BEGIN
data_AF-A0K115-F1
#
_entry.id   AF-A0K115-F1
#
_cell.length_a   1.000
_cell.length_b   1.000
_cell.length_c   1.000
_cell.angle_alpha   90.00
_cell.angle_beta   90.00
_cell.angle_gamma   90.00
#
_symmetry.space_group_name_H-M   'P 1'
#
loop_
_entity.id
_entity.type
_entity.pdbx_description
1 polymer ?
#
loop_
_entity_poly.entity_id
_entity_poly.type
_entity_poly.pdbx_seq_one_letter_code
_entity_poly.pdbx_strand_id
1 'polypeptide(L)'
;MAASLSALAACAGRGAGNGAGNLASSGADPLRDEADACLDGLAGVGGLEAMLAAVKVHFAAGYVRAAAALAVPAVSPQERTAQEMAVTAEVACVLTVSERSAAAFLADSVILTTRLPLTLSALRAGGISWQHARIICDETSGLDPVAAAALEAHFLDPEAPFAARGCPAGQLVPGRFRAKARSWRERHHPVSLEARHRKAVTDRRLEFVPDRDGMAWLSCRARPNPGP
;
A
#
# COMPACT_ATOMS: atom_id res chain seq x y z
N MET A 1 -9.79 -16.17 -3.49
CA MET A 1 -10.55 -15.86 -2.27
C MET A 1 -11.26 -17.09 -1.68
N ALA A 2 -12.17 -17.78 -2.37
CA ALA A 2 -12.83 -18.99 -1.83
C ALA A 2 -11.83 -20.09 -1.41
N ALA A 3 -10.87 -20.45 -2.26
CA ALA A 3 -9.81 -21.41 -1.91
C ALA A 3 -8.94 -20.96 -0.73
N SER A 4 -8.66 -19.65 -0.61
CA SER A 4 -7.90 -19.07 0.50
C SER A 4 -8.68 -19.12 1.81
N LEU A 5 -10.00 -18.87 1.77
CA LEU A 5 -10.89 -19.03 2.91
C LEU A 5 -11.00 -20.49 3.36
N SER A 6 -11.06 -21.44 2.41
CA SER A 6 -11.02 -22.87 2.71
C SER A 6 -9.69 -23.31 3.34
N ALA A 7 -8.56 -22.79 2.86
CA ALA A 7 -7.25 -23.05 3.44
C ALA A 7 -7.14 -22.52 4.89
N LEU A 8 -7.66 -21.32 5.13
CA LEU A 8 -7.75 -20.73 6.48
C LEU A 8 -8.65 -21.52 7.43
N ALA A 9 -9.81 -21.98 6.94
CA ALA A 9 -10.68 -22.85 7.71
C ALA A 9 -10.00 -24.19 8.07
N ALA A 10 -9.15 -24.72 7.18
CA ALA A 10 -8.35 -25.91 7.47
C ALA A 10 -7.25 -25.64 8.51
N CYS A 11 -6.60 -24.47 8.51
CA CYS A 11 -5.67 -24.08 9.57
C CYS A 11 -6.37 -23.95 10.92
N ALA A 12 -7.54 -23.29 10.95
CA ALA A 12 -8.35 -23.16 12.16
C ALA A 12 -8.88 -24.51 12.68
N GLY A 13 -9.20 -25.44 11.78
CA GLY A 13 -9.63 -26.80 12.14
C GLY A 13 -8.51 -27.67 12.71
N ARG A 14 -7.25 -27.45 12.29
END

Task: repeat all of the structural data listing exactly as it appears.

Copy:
data_AF-A0K115-F1
#
_entry.id   AF-A0K115-F1
#
_cell.length_a   1.000
_cell.length_b   1.000
_cell.length_c   1.000
_cell.angle_alpha   90.00
_cell.angle_beta   90.00
_cell.angle_gamma   90.00
#
_symmetry.space_group_name_H-M   'P 1'
#
loop_
_entity.id
_entity.type
_entity.pdbx_description
1 polymer ?
#
loop_
_entity_poly.entity_id
_entity_poly.type
_entity_poly.pdbx_seq_one_letter_code
_entity_poly.pdbx_strand_id
1 'polypeptide(L)'
;MAASLSALAACAGRGAGNGAGNLASSGADPLRDEADACLDGLAGVGGLEAMLAAVKVHFAAGYVRAAAALAVPAVSPQERTAQEMAVTAEVACVLTVSERSAAAFLADSVILTTRLPLTLSALRAGGISWQHARIICDETSGLDPVAAAALEAHFLDPEAPFAARGCPAGQLVPGRFRAKARSWRERHHPVSLEARHRKAVTDRRLEFVPDRDGMAWLSCRARPNPGP
;
A
#
# COMPACT_ATOMS: atom_id res chain seq x y z
N MET A 1 -9.79 -16.17 -3.49
CA MET A 1 -10.55 -15.86 -2.27
C MET A 1 -11.26 -17.09 -1.68
N ALA A 2 -12.17 -17.78 -2.37
CA ALA A 2 -12.83 -18.99 -1.83
C ALA A 2 -11.83 -20.09 -1.41
N ALA A 3 -10.87 -20.45 -2.26
CA ALA A 3 -9.81 -21.41 -1.91
C ALA A 3 -8.94 -20.96 -0.73
N SER A 4 -8.66 -19.65 -0.61
CA SER A 4 -7.90 -19.07 0.50
C SER A 4 -8.68 -19.12 1.81
N LEU A 5 -10.00 -18.87 1.77
CA LEU A 5 -10.89 -19.03 2.91
C LEU A 5 -11.00 -20.49 3.36
N SER A 6 -11.06 -21.44 2.41
CA SER A 6 -11.02 -22.87 2.71
C SER A 6 -9.69 -23.31 3.34
N ALA A 7 -8.56 -22.79 2.86
CA ALA A 7 -7.25 -23.05 3.44
C ALA A 7 -7.14 -22.52 4.89
N LEU A 8 -7.66 -21.32 5.13
CA LEU A 8 -7.75 -20.73 6.48
C LEU A 8 -8.65 -21.52 7.43
N ALA A 9 -9.81 -21.98 6.94
CA ALA A 9 -10.68 -22.85 7.71
C ALA A 9 -10.00 -24.19 8.07
N ALA A 10 -9.15 -24.72 7.18
CA ALA A 10 -8.35 -25.91 7.47
C ALA A 10 -7.25 -25.64 8.51
N CYS A 11 -6.60 -24.47 8.51
CA CYS A 11 -5.67 -24.08 9.57
C CYS A 11 -6.37 -23.95 10.92
N ALA A 12 -7.54 -23.29 10.95
CA ALA A 12 -8.35 -23.16 12.16
C ALA A 12 -8.88 -24.51 12.68
N GLY A 13 -9.20 -25.44 11.78
CA GLY A 13 -9.63 -26.80 12.14
C GLY A 13 -8.51 -27.67 12.71
N ARG A 14 -7.25 -27.45 12.29